(I will preface this post with snack is not appropriate for all clients, nor is any client the same as the any other. You have to use your discretion as a play therapist to see what would be best for them.)
I love to end my sessions with "snack and story time" or "snack and share time." Snack time provides a time where my client and I can have a few minutes at the end of the session to recap, set goals, build our attachment and trust to one another, and continue in our therapeutic relationship.
During the intake with the parents, I ask about any allergies and get their permission to have snack time with their child. I then leave about 10 minutes at the end of every session for snack. Sometimes, (mainly with the younger ones) we read a book and can process it while they eat. Since they are eating, they are usually a fairly captive and engaged audience. Sometimes, we play a game and have sharing time. For example, I often use the colored gold fish as my snack. During my first meeting with a client I might have them separate the goldfish into piles based on their colors and then assign something to each color for them to share. I might have the red be "something that makes you mad," and the green be "something that scares you." This provides a non-threatening, easy way for us to get to know one another. I even play sometimes too :)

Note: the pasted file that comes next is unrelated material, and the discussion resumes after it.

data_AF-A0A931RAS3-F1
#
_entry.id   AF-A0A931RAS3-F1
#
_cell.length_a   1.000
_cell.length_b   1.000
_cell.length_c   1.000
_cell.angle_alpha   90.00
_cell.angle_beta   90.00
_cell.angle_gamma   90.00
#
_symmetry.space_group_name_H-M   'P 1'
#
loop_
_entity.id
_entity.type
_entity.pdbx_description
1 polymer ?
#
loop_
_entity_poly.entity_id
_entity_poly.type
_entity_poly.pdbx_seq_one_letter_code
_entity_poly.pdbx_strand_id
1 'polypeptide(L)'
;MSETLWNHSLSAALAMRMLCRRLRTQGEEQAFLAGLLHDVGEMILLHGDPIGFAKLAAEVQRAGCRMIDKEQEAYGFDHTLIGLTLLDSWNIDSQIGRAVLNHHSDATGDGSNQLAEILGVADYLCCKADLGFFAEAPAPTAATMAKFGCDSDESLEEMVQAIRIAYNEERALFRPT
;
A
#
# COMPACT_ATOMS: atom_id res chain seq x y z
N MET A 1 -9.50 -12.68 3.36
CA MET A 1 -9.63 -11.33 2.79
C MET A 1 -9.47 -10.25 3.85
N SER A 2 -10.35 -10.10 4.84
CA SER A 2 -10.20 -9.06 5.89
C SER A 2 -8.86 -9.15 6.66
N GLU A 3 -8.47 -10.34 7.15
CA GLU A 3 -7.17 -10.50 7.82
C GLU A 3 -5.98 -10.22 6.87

When I was working as a school based therapist, I found that snack provide a wonderful closing to the session for a child before returning to class. If a child had gotten really wound up and energetic during a session, they could relax and calm before returning to class. Also, if they had experienced other strong emotions during their session, they could regain their composure before facing their peers again.
The greatness that comes from snack time:
- Builds attachment skills within the child through nurture (part of the theraplay model)
- Creates a routine and ritual that a child can rely on and find security in
- Gives the child a chance to process their session
- Can include family members to have structured sharing time before ending the session
- Can provide time to read a book to a child and family
- Gives the child a chance to soothe and calm before returning to the real world
- Gives me as the therapist an opportunity to gather information if needed by structuring a game to play with the snack
- If working with on building attachment, you can include the parent in snack time and build that bond
- Great for group therapy with children, because it can provide a structured sharing time or story time
- It is fun for the child!
- Even teenagers and adults love it and look forward to it. Many are curious what game we will play during snack time each week.
What are your thoughts on snack time? Therapists, do you use snack time in your sessions? Teachers, do you find benefits in snack time? Parents, how do you feel about snack during a counseling session?